The Q&A Archives: Planting Irish Potatoes

Question: we are about to plant a late crop of potatoes in our garden. What type of fertilizer do we need to use. We didn't fertilize before and we had bad results.

Answer: If your potato crop was a disappointment last year, it might have been due to climate and growing conditions rather than a lack of fertilizer. As a matter of fact, too much fertilizer can encourge too rapid growth, which can cause hollow centers and misshapen tubers.

For best results, follow these general guidelines:
Potatoes prefer an acid soil with a pH of around 5.5 to 6. Mix some compost into the soil before planting and go easy on the manure, which can encourage potato scab. Since too much nitrogen will promote foliage growth at the expense of tuber growth, stick to fertilizers such as phosphate rock and greensand to provide nutrients.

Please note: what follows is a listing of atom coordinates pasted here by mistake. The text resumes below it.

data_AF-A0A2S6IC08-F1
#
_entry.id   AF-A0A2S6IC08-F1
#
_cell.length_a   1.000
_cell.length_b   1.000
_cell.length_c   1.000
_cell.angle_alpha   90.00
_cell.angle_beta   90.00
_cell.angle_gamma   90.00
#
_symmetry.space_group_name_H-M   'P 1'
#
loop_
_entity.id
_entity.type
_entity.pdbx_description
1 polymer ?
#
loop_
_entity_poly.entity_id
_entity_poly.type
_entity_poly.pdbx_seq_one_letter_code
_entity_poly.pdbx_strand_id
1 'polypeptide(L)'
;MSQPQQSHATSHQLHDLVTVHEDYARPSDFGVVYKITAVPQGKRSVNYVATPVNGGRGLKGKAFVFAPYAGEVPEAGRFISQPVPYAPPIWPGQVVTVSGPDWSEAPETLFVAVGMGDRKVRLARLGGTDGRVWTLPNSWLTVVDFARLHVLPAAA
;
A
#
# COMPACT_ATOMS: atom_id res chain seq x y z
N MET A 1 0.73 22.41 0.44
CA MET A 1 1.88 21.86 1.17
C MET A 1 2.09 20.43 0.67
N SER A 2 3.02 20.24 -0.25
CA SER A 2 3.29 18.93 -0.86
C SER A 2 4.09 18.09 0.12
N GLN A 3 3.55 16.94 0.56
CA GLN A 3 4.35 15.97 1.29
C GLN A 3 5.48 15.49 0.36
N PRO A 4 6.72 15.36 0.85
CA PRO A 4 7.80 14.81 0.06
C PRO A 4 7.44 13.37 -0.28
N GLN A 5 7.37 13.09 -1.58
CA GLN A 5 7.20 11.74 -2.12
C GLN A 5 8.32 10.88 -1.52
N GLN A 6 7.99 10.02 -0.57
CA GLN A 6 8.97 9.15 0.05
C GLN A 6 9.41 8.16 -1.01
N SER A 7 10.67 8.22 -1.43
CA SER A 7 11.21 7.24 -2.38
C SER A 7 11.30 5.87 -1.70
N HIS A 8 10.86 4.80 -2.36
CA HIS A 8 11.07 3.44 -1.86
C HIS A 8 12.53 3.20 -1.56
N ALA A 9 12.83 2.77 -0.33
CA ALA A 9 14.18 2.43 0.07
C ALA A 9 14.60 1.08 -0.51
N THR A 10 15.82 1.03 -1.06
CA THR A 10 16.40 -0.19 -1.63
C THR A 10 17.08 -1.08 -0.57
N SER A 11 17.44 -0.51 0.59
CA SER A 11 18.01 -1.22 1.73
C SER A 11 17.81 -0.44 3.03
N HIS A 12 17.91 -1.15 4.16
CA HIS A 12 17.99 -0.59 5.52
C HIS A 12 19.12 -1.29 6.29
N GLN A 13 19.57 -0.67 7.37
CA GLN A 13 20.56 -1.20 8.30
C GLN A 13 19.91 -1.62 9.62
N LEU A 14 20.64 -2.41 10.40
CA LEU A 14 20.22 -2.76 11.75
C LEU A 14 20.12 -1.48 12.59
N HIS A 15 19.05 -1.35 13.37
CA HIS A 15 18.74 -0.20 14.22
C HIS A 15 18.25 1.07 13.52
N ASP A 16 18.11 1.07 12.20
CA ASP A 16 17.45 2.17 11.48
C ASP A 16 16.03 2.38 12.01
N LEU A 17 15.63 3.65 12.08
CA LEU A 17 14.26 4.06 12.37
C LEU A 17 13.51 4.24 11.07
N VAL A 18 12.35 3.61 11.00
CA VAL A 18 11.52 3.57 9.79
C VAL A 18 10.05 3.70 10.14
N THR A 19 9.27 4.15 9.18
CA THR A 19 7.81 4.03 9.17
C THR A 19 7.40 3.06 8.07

Plant seed potatoes about 12" apart in rows 2 1/2' apart. (If your seed potatoes are large--say, larger than an egg, you can cut them into pieces before planting. Just be sure each piece has 2 or 3 eyes. Allow the cut potatoes to dry overnight before planting.) I like to plant in trenches about 6" deep, covering the seed potatoes with about 2" of soil.

Hilling potatoes encourages production of more tubers. When the plants reach about 6" tall, mound soil or mulch around the base of the plants within 1/2" of the lower leaves. (You'll be filling in the trench, if you made one.) Repeat this process several times throughout the summer.

I usually plant my potatoes about 2 weeks before the last frost date, but don't worry about planting them late--you will still get a harvest this season.

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